International Women's Day: Combatting Ghana's patriarchal political system
In Ghana, women politicians face an uphill battle trying to convince the electorate that they deserve their vote. Even before the challenge of winning over male voters, female candidates have to prove their legitimacy to their fellow women – which remains difficult without the backing of men.
“You face challenges to even get your fellow women to agree with you that you can do the job,” says MP Lariba Zuweira Abudu, who represents the Walewale constituency in Ghana’s parliament.
For Abudu, one of 40 females in parliament after the 2020 elections, she faced numerous challenges in an "unfriendly" environment, and the seemingly high expectations that discourage female representation in government.
“It’s difficult and you need men’s support before the women will go with you,” says the lawmaker, adding that her husband’s unflinching support contributed to her success in politics.
Religion and culture
Abudu, a Muslim woman and mother of two, had to overcome more barriers due to her religion. While campaigning last year, she made a point to speak with the local imams of the communities she was hoping to represent in order to win them over.
In Ghana, Islam does not frown on women venturing into politics because it is a source of income, just like others business, according to Sheikh Ameyaw Shaibu, an Islamic cleric of the Cantonment Police mosque in Accra. He says it's important to increase the number of Muslim women in politics will help make their voices heard.
“A Muslim woman who is a politician is a role model to other young Muslim women – she represents the concerns, sentiments, and feelings of other Muslim women,” says Shaibu tells the Africa Calling podcast.
“If you have a good number of Muslim women in parliament, they will become a body that offers a strong voice to bring to the fore the issues such as discrimination, which is affecting large numbers of Muslim women in the country."
Ghana female representation
Although women make up 51 percent of Ghana’s population, these figures do not reflect the power distribution between men and women in politics, especially in the legislature.
The number of women in parliament has increased from 15 in 1992 to 20 in 2008. Through the combined efforts of political parties, non-governmental organisations and civil society groups, thirty women were elected in the 2012, with women representing 11 percent of a total of 275 seats.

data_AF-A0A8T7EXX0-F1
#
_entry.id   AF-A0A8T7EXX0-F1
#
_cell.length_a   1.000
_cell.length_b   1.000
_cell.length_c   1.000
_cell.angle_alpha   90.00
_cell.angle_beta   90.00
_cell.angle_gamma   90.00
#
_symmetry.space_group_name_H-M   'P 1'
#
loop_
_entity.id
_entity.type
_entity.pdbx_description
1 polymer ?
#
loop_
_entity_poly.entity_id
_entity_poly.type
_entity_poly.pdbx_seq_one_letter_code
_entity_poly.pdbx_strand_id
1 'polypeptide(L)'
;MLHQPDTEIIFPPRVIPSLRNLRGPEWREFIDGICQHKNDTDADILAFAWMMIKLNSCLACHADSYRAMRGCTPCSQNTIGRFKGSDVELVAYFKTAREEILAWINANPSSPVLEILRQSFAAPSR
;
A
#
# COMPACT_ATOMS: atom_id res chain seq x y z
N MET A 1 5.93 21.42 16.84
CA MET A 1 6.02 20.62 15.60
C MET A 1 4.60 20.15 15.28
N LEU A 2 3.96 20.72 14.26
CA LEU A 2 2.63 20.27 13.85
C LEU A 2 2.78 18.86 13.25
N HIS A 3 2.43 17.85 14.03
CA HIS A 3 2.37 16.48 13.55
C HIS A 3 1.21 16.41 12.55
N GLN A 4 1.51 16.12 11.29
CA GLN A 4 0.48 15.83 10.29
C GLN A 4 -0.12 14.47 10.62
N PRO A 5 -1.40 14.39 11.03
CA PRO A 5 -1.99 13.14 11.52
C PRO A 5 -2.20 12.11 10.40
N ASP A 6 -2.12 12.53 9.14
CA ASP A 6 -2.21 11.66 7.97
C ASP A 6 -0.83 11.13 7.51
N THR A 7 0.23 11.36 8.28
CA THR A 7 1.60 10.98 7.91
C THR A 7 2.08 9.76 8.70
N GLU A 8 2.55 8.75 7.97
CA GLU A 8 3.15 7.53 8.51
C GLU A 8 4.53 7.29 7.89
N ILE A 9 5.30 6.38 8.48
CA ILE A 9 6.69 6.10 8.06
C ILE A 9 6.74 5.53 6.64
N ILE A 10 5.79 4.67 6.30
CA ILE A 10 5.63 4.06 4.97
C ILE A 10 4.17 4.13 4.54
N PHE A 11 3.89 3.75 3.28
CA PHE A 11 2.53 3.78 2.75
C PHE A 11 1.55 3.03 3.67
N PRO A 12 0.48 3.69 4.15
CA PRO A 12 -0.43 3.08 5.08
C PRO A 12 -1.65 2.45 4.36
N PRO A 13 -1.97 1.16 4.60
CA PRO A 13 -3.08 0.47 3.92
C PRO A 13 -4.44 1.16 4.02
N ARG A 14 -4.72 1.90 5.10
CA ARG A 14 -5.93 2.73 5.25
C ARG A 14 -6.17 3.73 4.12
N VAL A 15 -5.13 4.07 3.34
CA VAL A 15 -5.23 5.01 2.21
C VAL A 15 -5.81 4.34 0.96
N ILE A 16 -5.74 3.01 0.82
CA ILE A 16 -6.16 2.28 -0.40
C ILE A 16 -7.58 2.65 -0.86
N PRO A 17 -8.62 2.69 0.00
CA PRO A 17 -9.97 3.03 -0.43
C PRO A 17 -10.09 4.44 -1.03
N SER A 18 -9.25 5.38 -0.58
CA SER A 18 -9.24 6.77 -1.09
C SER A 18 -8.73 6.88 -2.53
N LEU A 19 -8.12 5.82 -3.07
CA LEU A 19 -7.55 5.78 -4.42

Former Supreme Court Judge Joyce Bamford Addo became the first female Speaker of Ghana’s Parliament in 2009.
- Ep 19: International Women's Day Special
- Ghana's women farmers fight patriarchal system of land access
In the 2020 elections, the National Democratic Congress appointed Nana Jane Opoku-Agyemang as its vice-presidential candidate, the first in the history of the country.
Despite the milestone, women continue to be largely underrepresented, according to Maame Gyekye Jandoh, a political science lecturer at the University of Ghana.
She says the problem begins at a grassroots level. “At the local level it’s even more abysmal, so we need to do more. At the executive level, we still do not have many women ministers, deputy ministers,” she says.
Ghana’s gender disparity
The country has made some small steps towards gender equality, but Jandoh maintains that it is not enough. Ghana signed the International Convention on the Elimination of All Forms of Discrimination Against Women (CEDAW) in 1980, but the Affirmative Action Bill, which promotes gender parity, has foundered on the desks of lawmakers.
For #Ghana's Walewale MP Lariba Zuweira Abudu,(pictured) 1 of few #Muslim #women #MPs, tells @Africa__Calling #podcast reporter @Dereal_ZAMI she had to win over #women, men & Imams in order to earn their votes. https://t.co/cmLGg8awXb #internationalwomensday #Ichoosetochallenge pic.twitter.com/4lIxh85Hup— Africa Calling (@Africa__Calling) March 7, 2021
“We need to push for the passing of the Affirmative Action Bill that will allow for gender quotas in governance," says Jandoh.
Activists expected the bill to be passed by 2015, but by 2020, it was returned to cabinet and expected to be sent to the office of the Attorney General for correction.
The sharp gender disparity in Ghana’s politics is also rooted in economic inequalities. Last year, aspiring members of parliament paid a filing fee deposit of US$1700 to register as a candidate, creating an uneven playing field between women and men, deepening gender disparity at the country’s decision-making level.
“About 70 percent of people who are poor are women, and therefore, there needs to be some specific interventions to help women to be financially stable,” says lecturer Jandoh.
“Politics have become very expensive especially running for elections as a primary candidate or running at the national level,” she adds.
Listen to the audio report of this article in our Africa Calling podcast
Daily newsletterReceive essential international news every morningSubscribe